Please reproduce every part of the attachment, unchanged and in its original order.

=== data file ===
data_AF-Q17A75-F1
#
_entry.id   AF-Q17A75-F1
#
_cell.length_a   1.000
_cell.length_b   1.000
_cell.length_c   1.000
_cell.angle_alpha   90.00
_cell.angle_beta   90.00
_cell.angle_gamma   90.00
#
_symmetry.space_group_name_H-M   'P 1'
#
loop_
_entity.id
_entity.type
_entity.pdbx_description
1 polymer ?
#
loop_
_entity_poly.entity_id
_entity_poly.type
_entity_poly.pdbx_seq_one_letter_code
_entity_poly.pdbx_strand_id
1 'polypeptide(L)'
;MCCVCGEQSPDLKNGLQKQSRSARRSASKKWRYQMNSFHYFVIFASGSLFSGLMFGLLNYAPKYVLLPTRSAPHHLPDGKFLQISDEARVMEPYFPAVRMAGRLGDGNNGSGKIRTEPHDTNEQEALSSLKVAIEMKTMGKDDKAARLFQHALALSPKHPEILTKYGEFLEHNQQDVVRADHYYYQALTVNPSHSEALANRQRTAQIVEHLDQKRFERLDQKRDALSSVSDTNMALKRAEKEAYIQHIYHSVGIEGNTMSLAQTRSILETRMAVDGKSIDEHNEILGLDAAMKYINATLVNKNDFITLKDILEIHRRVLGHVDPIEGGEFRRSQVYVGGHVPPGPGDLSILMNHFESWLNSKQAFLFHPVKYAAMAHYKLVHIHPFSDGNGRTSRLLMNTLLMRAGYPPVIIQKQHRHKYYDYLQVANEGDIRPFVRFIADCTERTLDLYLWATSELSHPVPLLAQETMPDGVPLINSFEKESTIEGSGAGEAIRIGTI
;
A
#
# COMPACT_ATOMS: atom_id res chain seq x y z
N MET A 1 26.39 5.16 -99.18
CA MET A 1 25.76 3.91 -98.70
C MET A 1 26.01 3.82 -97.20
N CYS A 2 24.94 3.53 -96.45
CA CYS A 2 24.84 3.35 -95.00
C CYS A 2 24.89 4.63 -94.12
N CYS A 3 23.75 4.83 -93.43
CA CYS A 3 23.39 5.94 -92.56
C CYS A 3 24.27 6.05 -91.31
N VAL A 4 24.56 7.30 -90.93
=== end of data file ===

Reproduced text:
data_AF-Q17A75-F1
#
_entry.id   AF-Q17A75-F1
#
_cell.length_a   1.000
_cell.length_b   1.000
_cell.length_c   1.000
_cell.angle_alpha   90.00
_cell.angle_beta   90.00
_cell.angle_gamma   90.00
#
_symmetry.space_group_name_H-M   'P 1'
#
loop_
_entity.id
_entity.type
_entity.pdbx_description
1 polymer ?
#
loop_
_entity_poly.entity_id
_entity_poly.type
_entity_poly.pdbx_seq_one_letter_code
_entity_poly.pdbx_strand_id
1 'polypeptide(L)'
;MCCVCGEQSPDLKNGLQKQSRSARRSASKKWRYQMNSFHYFVIFASGSLFSGLMFGLLNYAPKYVLLPTRSAPHHLPDGKFLQISDEARVMEPYFPAVRMAGRLGDGNNGSGKIRTEPHDTNEQEALSSLKVAIEMKTMGKDDKAARLFQHALALSPKHPEILTKYGEFLEHNQQDVVRADHYYYQALTVNPSHSEALANRQRTAQIVEHLDQKRFERLDQKRDALSSVSDTNMALKRAEKEAYIQHIYHSVGIEGNTMSLAQTRSILETRMAVDGKSIDEHNEILGLDAAMKYINATLVNKNDFITLKDILEIHRRVLGHVDPIEGGEFRRSQVYVGGHVPPGPGDLSILMNHFESWLNSKQAFLFHPVKYAAMAHYKLVHIHPFSDGNGRTSRLLMNTLLMRAGYPPVIIQKQHRHKYYDYLQVANEGDIRPFVRFIADCTERTLDLYLWATSELSHPVPLLAQETMPDGVPLINSFEKESTIEGSGAGEAIRIGTI
;
A
#
# COMPACT_ATOMS: atom_id res chain seq x y z
N MET A 1 26.39 5.16 -99.18
CA MET A 1 25.76 3.91 -98.70
C MET A 1 26.01 3.82 -97.20
N CYS A 2 24.94 3.53 -96.45
CA CYS A 2 24.84 3.35 -95.00
C CYS A 2 24.89 4.63 -94.12
N CYS A 3 23.75 4.83 -93.43
CA CYS A 3 23.39 5.94 -92.56
C CYS A 3 24.27 6.05 -91.31
N VAL A 4 24.56 7.30 -90.93